2019 finds humanity in an increasingly dangerous place. The consequences of global economic stagnation, itself the product of a much deeper crisis of profitability, can be seen in the rise of nationalism, racism and xenophobia. These in turn threaten not only to add to the increasing proliferation of unending wars around the world but to the possibility of more general conflict further down the line. Not unconnected to the current wars are the environmental disasters which the pursuit of profit has already inflicted on millions across the globe. If allowed to proceed unchecked capitalism threatens, in one way or another, the very existence of the only home humanity has.
An Economy in Crisis
The world of 2019 is still dominated by the same elements that led to the worst financial crash of the post-war period a decade ago. We described then how the bursting of the speculative bubble created a financial crisis for the main American credit institutions and then cascaded down to engulf global financial markets. However the origin of this crisis is not in the financial sphere, which is only an off-shoot, but in the real economy.
Despite productivity increases, upswings and downswings, despite the shifting of much production to low wage economies, the profitability of investments in all the most advanced capitalist sectors, has been declining for decades. As a result, more and more capital is abandoning the “real” economy – the one that produces goods and services and which create new value through the exploitation of labour power – in order to chase the mirage of easy profits offered by speculation. An attempt, in other words, to somehow replace the profits capitalism lost in the productive sector with speculative gains. This only helped to depress “real” production and led to the growth of fictitious capital, or financial instruments backed by nothing more than debt based on easy credit. As a result, the economy was flooded by an ocean of debt – from the State, to companies and even families. When interest rates rose slightly the bubble burst with the global consequences we have all seen. The explosion not only hit the financial apparatus – the banks which had to be saved at any cost (too big to fail) – it also had a heavy impact on the fragile productive fabric which originally generated it, bringing lower wage rates and greater exploitation for the international proletariat.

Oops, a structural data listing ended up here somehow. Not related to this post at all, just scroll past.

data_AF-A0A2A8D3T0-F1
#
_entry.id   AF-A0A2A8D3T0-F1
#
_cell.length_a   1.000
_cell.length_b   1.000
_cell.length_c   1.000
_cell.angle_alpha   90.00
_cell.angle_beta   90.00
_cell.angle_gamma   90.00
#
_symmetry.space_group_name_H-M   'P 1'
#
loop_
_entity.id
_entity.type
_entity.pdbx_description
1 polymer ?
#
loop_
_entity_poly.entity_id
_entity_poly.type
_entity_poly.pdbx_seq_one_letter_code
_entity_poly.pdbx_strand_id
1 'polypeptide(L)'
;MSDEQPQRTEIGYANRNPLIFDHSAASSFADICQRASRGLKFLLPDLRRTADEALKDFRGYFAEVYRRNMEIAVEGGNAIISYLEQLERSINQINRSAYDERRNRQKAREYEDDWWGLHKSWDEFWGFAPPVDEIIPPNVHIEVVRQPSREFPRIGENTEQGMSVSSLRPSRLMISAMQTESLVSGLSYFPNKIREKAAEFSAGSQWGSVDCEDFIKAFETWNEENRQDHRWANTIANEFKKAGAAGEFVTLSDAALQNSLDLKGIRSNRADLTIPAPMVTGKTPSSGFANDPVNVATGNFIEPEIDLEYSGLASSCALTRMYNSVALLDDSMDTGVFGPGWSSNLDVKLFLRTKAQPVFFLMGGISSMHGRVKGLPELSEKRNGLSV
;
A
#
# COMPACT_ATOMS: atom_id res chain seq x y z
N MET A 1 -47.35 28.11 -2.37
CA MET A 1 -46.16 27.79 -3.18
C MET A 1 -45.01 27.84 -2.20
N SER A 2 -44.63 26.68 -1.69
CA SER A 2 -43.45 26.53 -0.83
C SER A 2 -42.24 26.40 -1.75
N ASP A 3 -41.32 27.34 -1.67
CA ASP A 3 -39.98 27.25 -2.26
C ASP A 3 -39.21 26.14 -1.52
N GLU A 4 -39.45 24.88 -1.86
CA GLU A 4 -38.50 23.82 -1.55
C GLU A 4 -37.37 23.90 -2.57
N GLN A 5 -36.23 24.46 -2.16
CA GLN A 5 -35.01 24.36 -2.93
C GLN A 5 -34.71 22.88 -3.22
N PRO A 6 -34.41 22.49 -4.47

Today, the situation has not only not improved, but has changed for the worse. Between 2000 and 2009 global debt (state, corporate, personal) rose from $57 to $109 trillion. By July 2018 it had risen to $247 trillion. It continues to rise inexorably and the first quarter of this year brings added pressures. Global manufacturing output (as measured by JP Morgan economists) is actually falling. So too is global trade. Corporate profits, which are the main driver of investment, are also declining in some of the richest economies. China has just announced the biggest drop in industrial profits in ten years, down 14% in Jan-Feb over last year. After more than a decade of Quantitative Easing, and all the other state dodges to pour money into the system, the economy has not fundamentally changed. At least 20% of the world’s companies are “zombies” (i.e. don’t earn enough to service their debt) according to the Bank of International Settlements. The IMF has just (April 2019) cut its growth forecasts for the world economy for the next two years calling on governments to cut debt and balance budgets so that they have some wriggle room when the bad times return (these are apparently “good times”!). In short the system is still in the grip of the same problems as it was ten years ago. The difference is that they won’t be able to repeat the same tricks to save the system in the event of what many (and not just critics like us) see as the next inevitable crash.
The Capitalist “Solution”?
For the moment the only way capital can try to get out of the economic and financial crisis in the short term is through competitive devaluations, speculation, import duties, more intense exploitation of the workforce, and dismantling of the welfare state. Thus competition is increasing on all fronts – manufacturing and industrial, commercial, monetary, and strategic – but as this fails to solve the economic problem it is turning into more open military confrontation. In the final analysis only a substantial destruction of capital values can resolve the crisis of profitability of capital. It was no accident that in the Second World War it was the productive sectors which were most devastated and it was this destruction of capital which laid the basis for the post war recovery.